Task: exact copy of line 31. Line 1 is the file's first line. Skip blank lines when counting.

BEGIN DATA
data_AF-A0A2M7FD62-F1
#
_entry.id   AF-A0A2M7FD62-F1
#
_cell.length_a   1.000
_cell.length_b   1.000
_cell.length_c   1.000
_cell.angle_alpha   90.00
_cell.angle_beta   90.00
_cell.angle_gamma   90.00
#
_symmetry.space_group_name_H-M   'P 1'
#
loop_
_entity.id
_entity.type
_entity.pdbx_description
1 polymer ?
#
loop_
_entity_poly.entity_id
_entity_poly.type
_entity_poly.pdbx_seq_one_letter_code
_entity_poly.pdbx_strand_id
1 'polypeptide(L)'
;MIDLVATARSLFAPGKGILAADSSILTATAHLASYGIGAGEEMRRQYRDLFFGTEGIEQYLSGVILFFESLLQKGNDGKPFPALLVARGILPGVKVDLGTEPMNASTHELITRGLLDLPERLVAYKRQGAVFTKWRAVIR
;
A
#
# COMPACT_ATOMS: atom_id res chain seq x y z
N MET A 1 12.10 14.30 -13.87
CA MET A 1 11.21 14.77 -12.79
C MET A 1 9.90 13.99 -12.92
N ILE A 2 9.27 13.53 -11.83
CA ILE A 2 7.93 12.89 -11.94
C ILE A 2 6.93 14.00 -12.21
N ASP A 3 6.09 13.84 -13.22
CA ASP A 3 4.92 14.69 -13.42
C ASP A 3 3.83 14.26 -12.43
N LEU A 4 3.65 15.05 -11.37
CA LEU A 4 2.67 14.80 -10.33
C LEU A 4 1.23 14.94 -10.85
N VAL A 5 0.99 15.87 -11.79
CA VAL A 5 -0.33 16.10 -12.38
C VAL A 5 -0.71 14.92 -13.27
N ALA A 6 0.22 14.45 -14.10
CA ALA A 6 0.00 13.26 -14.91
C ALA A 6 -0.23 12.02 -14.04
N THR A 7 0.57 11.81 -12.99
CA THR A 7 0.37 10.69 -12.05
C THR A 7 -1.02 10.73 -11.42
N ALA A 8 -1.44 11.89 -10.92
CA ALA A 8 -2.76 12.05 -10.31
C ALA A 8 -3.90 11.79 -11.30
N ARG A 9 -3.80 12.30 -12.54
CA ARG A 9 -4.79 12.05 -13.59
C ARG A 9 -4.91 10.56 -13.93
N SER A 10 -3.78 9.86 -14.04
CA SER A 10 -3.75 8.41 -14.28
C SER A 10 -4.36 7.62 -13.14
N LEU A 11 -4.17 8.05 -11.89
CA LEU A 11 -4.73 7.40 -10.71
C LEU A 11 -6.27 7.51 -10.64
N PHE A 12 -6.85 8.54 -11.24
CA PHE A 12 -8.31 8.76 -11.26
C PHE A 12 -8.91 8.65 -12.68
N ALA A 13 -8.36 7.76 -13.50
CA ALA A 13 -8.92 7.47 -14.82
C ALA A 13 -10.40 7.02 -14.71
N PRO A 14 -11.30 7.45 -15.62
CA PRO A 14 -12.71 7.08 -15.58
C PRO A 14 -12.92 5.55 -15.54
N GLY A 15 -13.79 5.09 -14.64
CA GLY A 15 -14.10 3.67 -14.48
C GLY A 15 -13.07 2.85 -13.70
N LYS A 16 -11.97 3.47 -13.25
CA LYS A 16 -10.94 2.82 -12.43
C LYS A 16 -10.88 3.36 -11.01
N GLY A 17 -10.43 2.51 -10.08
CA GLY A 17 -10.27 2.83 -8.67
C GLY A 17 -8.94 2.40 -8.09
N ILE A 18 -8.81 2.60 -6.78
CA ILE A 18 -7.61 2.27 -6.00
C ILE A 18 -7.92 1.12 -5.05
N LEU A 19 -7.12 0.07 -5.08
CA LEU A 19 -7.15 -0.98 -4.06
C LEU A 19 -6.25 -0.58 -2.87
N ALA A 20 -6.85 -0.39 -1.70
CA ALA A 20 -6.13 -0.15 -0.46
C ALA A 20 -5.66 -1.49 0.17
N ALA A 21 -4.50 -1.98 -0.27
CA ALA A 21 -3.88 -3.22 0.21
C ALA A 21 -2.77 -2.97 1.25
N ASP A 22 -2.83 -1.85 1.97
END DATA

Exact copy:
N MET A 1 12.10 14.30 -13.87